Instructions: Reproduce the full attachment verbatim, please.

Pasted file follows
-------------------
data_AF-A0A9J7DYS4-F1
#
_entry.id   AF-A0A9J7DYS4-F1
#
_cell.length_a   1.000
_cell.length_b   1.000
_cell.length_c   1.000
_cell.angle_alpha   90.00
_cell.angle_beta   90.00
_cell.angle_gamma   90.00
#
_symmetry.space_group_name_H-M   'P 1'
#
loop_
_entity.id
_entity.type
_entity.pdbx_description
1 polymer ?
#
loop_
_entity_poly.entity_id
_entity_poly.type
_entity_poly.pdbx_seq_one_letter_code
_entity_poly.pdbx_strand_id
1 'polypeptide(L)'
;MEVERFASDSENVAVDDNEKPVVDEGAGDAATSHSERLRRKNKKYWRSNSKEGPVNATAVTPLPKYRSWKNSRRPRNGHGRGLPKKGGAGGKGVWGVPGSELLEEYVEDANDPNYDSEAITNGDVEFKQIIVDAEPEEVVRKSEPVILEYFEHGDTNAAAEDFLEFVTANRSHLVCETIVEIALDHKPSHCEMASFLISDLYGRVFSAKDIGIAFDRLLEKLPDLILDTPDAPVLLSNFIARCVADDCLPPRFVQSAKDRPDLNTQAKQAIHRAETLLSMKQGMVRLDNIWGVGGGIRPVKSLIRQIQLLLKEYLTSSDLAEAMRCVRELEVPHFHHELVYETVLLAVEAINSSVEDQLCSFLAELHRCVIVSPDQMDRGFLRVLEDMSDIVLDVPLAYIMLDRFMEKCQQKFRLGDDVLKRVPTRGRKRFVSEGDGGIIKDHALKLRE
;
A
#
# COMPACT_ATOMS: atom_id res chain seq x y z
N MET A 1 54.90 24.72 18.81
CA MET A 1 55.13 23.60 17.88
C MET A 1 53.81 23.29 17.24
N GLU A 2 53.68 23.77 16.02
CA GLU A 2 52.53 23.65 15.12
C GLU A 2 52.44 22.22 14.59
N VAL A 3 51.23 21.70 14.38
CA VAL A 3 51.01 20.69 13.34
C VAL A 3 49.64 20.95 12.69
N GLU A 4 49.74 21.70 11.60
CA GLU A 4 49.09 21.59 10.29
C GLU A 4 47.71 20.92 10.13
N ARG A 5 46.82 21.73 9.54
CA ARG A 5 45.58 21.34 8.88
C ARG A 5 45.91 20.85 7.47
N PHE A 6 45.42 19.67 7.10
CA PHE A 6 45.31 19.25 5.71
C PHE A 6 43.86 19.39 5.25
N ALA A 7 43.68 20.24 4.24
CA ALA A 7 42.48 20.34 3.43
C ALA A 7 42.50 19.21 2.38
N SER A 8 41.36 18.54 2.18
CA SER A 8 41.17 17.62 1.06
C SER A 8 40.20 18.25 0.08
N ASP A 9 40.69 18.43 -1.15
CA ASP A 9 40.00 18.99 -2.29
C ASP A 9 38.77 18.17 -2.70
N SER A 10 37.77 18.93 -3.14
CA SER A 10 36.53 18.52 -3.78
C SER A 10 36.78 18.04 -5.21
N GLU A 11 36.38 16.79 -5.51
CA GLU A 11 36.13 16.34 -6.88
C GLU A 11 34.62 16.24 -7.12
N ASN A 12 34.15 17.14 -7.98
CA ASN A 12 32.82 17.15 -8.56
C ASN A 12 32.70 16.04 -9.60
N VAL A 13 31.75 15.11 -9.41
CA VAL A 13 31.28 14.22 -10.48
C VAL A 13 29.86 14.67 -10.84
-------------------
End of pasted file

data_AF-A0A9J7DYS4-F1
#
_entry.id   AF-A0A9J7DYS4-F1
#
_cell.length_a   1.000
_cell.length_b   1.000
_cell.length_c   1.000
_cell.angle_alpha   90.00
_cell.angle_beta   90.00
_cell.angle_gamma   90.00
#
_symmetry.space_group_name_H-M   'P 1'
#
loop_
_entity.id
_entity.type
_entity.pdbx_description
1 polymer ?
#
loop_
_entity_poly.entity_id
_entity_poly.type
_entity_poly.pdbx_seq_one_letter_code
_entity_poly.pdbx_strand_id
1 'polypeptide(L)'
;MEVERFASDSENVAVDDNEKPVVDEGAGDAATSHSERLRRKNKKYWRSNSKEGPVNATAVTPLPKYRSWKNSRRPRNGHGRGLPKKGGAGGKGVWGVPGSELLEEYVEDANDPNYDSEAITNGDVEFKQIIVDAEPEEVVRKSEPVILEYFEHGDTNAAAEDFLEFVTANRSHLVCETIVEIALDHKPSHCEMASFLISDLYGRVFSAKDIGIAFDRLLEKLPDLILDTPDAPVLLSNFIARCVADDCLPPRFVQSAKDRPDLNTQAKQAIHRAETLLSMKQGMVRLDNIWGVGGGIRPVKSLIRQIQLLLKEYLTSSDLAEAMRCVRELEVPHFHHELVYETVLLAVEAINSSVEDQLCSFLAELHRCVIVSPDQMDRGFLRVLEDMSDIVLDVPLAYIMLDRFMEKCQQKFRLGDDVLKRVPTRGRKRFVSEGDGGIIKDHALKLRE
;
A
#
# COMPACT_ATOMS: atom_id res chain seq x y z
N MET A 1 54.90 24.72 18.81
CA MET A 1 55.13 23.60 17.88
C MET A 1 53.81 23.29 17.24
N GLU A 2 53.68 23.77 16.02
CA GLU A 2 52.53 23.65 15.12
C GLU A 2 52.44 22.22 14.59
N VAL A 3 51.23 21.70 14.38
CA VAL A 3 51.01 20.69 13.34
C VAL A 3 49.64 20.95 12.69
N GLU A 4 49.74 21.70 11.60
CA GLU A 4 49.09 21.59 10.29
C GLU A 4 47.71 20.92 10.13
N ARG A 5 46.82 21.73 9.54
CA ARG A 5 45.58 21.34 8.88
C ARG A 5 45.91 20.85 7.47
N PHE A 6 45.42 19.67 7.10
CA PHE A 6 45.31 19.25 5.71
C PHE A 6 43.86 19.39 5.25
N ALA A 7 43.68 20.24 4.24
CA ALA A 7 42.48 20.34 3.43
C ALA A 7 42.50 19.21 2.38
N SER A 8 41.36 18.54 2.18
CA SER A 8 41.17 17.62 1.06
C SER A 8 40.20 18.25 0.08
N ASP A 9 40.69 18.43 -1.15
CA ASP A 9 40.00 18.99 -2.29
C ASP A 9 38.77 18.17 -2.70
N SER A 10 37.77 18.93 -3.14
CA SER A 10 36.53 18.52 -3.78
C SER A 10 36.78 18.04 -5.21
N GLU A 11 36.38 16.79 -5.51
CA GLU A 11 36.13 16.34 -6.88
C GLU A 11 34.62 16.24 -7.12
N ASN A 12 34.15 17.14 -7.98
CA ASN A 12 32.82 17.15 -8.56
C ASN A 12 32.70 16.04 -9.60
N VAL A 13 31.75 15.11 -9.41
CA VAL A 13 31.28 14.22 -10.48
C VAL A 13 29.86 14.67 -10.84